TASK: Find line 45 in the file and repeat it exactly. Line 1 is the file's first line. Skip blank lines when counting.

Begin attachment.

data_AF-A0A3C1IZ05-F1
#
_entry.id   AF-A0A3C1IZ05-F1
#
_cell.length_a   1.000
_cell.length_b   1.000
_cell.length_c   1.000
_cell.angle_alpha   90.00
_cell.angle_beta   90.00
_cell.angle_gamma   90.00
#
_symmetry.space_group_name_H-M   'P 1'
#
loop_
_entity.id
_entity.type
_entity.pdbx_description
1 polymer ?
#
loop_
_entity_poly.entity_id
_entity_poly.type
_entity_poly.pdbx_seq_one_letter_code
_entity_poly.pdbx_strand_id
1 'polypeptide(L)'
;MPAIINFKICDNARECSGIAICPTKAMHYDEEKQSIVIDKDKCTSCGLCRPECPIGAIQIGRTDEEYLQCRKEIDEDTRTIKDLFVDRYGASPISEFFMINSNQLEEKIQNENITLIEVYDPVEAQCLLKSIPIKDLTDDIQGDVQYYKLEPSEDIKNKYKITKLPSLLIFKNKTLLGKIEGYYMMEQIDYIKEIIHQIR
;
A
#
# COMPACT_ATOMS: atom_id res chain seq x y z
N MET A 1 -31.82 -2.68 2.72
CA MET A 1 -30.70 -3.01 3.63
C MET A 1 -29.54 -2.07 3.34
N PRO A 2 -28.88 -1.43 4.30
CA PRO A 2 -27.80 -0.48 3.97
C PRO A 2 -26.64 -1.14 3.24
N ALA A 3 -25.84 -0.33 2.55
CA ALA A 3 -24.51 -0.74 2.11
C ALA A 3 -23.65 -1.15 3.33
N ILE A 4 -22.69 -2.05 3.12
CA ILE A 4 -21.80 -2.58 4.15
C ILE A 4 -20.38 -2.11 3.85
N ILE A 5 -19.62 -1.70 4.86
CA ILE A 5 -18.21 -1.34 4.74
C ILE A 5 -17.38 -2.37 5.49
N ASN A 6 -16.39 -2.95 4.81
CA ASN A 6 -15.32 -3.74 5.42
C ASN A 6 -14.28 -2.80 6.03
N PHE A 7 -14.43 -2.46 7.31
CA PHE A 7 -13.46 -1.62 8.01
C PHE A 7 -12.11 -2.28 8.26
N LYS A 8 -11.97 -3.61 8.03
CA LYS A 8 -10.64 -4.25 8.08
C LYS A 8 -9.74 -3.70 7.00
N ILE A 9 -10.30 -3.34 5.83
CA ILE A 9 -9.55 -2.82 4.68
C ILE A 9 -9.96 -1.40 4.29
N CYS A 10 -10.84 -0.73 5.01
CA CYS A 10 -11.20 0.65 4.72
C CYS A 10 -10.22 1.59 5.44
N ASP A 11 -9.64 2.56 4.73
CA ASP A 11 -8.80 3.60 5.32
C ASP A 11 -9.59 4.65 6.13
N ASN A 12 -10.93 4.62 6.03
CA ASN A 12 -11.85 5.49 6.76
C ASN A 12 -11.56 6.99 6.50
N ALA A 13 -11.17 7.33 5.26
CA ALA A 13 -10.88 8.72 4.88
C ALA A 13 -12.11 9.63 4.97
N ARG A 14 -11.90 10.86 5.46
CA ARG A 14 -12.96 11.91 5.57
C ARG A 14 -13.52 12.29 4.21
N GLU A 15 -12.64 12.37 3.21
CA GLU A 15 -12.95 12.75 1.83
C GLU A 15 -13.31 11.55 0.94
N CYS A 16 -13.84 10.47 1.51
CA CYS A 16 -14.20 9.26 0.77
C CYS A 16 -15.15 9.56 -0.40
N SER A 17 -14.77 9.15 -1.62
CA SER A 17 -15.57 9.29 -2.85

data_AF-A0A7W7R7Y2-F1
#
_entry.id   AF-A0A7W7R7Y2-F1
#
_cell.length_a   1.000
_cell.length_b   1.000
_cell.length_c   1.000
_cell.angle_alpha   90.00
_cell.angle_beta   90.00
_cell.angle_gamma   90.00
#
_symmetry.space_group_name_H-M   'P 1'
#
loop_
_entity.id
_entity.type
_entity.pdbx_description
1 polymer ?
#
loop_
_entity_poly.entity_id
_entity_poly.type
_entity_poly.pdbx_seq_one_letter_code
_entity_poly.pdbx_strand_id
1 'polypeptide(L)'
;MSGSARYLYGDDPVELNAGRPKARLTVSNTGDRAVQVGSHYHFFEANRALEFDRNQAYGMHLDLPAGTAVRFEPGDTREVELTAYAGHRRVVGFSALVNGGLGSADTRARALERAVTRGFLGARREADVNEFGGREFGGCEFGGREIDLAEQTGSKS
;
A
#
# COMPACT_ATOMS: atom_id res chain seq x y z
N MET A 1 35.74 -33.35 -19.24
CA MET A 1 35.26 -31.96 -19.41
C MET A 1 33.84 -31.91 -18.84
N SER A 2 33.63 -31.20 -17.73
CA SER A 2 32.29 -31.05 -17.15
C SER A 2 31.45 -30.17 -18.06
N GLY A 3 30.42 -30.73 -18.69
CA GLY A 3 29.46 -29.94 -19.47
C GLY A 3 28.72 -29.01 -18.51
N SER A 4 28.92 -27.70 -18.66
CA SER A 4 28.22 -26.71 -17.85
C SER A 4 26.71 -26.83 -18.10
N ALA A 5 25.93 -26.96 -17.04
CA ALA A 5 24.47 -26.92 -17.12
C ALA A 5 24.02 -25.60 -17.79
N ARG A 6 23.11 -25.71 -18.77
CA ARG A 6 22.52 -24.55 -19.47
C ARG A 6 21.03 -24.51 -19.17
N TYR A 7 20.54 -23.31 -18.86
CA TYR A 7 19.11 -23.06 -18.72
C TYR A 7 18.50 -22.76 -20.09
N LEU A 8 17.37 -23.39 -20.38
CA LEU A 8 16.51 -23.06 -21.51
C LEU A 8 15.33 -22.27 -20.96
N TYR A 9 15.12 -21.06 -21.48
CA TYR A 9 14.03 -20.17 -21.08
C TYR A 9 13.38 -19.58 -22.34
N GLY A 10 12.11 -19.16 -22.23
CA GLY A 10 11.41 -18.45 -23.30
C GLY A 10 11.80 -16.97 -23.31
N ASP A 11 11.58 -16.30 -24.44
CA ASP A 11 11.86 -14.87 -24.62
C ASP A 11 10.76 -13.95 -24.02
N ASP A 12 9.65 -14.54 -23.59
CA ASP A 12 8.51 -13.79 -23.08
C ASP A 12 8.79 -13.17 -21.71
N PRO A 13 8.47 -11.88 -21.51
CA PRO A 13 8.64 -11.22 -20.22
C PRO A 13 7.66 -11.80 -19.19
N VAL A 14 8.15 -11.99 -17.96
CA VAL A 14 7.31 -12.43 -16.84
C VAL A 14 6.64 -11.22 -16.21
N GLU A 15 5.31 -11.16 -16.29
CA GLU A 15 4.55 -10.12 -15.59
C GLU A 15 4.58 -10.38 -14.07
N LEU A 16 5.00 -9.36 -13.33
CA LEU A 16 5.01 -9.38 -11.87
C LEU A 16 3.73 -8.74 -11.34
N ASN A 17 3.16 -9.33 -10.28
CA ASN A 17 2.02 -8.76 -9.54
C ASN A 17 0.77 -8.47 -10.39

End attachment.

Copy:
C ILE A 5 -17.38 -2.37 5.49